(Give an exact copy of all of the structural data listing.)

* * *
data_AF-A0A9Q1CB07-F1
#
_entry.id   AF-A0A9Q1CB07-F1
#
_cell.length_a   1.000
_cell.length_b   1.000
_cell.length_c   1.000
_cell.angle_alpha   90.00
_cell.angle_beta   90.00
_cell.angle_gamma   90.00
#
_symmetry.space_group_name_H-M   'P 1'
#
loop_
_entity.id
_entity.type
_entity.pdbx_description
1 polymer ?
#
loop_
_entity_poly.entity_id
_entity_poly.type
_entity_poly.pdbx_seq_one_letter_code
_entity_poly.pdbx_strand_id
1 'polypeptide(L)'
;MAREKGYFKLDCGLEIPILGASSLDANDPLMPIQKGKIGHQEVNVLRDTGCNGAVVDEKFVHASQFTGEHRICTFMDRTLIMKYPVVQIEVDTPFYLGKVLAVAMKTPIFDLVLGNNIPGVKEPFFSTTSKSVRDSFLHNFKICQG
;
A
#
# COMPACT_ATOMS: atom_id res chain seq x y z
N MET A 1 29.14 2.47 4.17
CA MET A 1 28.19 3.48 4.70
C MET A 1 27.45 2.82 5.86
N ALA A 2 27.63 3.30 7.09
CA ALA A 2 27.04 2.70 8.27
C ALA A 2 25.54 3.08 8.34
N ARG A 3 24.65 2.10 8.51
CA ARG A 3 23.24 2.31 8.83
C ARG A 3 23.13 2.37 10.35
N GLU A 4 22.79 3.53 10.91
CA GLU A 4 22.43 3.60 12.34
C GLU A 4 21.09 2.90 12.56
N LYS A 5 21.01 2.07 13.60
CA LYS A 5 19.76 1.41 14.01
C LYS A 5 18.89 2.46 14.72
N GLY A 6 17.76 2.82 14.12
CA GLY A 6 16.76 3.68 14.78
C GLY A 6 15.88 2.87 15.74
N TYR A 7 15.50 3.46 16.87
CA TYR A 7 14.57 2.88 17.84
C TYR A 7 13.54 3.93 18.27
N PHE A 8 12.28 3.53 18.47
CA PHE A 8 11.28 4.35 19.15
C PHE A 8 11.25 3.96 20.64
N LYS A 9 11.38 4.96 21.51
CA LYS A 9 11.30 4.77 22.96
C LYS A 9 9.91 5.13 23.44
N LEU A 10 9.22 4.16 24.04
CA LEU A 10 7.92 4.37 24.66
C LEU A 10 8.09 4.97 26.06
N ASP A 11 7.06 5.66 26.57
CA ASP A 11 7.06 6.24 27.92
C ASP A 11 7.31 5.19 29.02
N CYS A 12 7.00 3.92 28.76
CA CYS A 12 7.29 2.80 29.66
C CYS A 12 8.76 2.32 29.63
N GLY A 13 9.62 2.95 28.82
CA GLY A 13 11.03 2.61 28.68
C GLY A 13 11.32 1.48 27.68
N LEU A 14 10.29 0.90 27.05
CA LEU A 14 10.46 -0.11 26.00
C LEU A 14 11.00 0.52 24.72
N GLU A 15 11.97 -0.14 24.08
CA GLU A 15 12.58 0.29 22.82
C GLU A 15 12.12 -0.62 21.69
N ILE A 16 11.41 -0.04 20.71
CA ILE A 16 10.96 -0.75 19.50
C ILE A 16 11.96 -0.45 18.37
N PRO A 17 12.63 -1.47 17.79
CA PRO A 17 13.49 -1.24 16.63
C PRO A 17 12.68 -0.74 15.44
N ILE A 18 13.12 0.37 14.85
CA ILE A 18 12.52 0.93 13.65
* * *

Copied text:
data_AF-A0A9Q1CB07-F1
#
_entry.id   AF-A0A9Q1CB07-F1
#
_cell.length_a   1.000
_cell.length_b   1.000
_cell.length_c   1.000
_cell.angle_alpha   90.00
_cell.angle_beta   90.00
_cell.angle_gamma   90.00
#
_symmetry.space_group_name_H-M   'P 1'
#
loop_
_entity.id
_entity.type
_entity.pdbx_description
1 polymer ?
#
loop_
_entity_poly.entity_id
_entity_poly.type
_entity_poly.pdbx_seq_one_letter_code
_entity_poly.pdbx_strand_id
1 'polypeptide(L)'
;MAREKGYFKLDCGLEIPILGASSLDANDPLMPIQKGKIGHQEVNVLRDTGCNGAVVDEKFVHASQFTGEHRICTFMDRTLIMKYPVVQIEVDTPFYLGKVLAVAMKTPIFDLVLGNNIPGVKEPFFSTTSKSVRDSFLHNFKICQG
;
A
#
# COMPACT_ATOMS: atom_id res chain seq x y z
N MET A 1 29.14 2.47 4.17
CA MET A 1 28.19 3.48 4.70
C MET A 1 27.45 2.82 5.86
N ALA A 2 27.63 3.30 7.09
CA ALA A 2 27.04 2.70 8.27
C ALA A 2 25.54 3.08 8.34
N ARG A 3 24.65 2.10 8.51
CA ARG A 3 23.24 2.31 8.83
C ARG A 3 23.13 2.37 10.35
N GLU A 4 22.79 3.53 10.91
CA GLU A 4 22.43 3.60 12.34
C GLU A 4 21.09 2.90 12.56
N LYS A 5 21.01 2.07 13.60
CA LYS A 5 19.76 1.41 14.01
C LYS A 5 18.89 2.46 14.72
N GLY A 6 17.76 2.82 14.12
CA GLY A 6 16.76 3.68 14.78
C GLY A 6 15.88 2.87 15.74
N TYR A 7 15.50 3.46 16.87
CA TYR A 7 14.57 2.88 17.84
C TYR A 7 13.54 3.93 18.27
N PHE A 8 12.28 3.53 18.47
CA PHE A 8 11.28 4.35 19.15
C PHE A 8 11.25 3.96 20.64
N LYS A 9 11.38 4.96 21.51
CA LYS A 9 11.30 4.77 22.96
C LYS A 9 9.91 5.13 23.44
N LEU A 10 9.22 4.16 24.04
CA LEU A 10 7.92 4.37 24.66
C LEU A 10 8.09 4.97 26.06
N ASP A 11 7.06 5.66 26.57
CA ASP A 11 7.06 6.24 27.92
C ASP A 11 7.31 5.19 29.02
N CYS A 12 7.00 3.92 28.76
CA CYS A 12 7.29 2.80 29.66
C CYS A 12 8.76 2.32 29.63
N GLY A 13 9.62 2.95 28.82
CA GLY A 13 11.03 2.61 28.68
C GLY A 13 11.32 1.48 27.68
N LEU A 14 10.29 0.90 27.05
CA LEU A 14 10.46 -0.11 26.00
C LEU A 14 11.00 0.52 24.72
N GLU A 15 11.97 -0.14 24.08
CA GLU A 15 12.58 0.29 22.82
C GLU A 15 12.12 -0.62 21.69
N ILE A 16 11.41 -0.04 20.71
CA ILE A 16 10.96 -0.75 19.50
C ILE A 16 11.96 -0.45 18.37
N PRO A 17 12.63 -1.47 17.79
CA PRO A 17 13.49 -1.24 16.63
C PRO A 17 12.68 -0.74 15.44
N ILE A 18 13.12 0.37 14.85
CA ILE A 18 12.52 0.93 13.65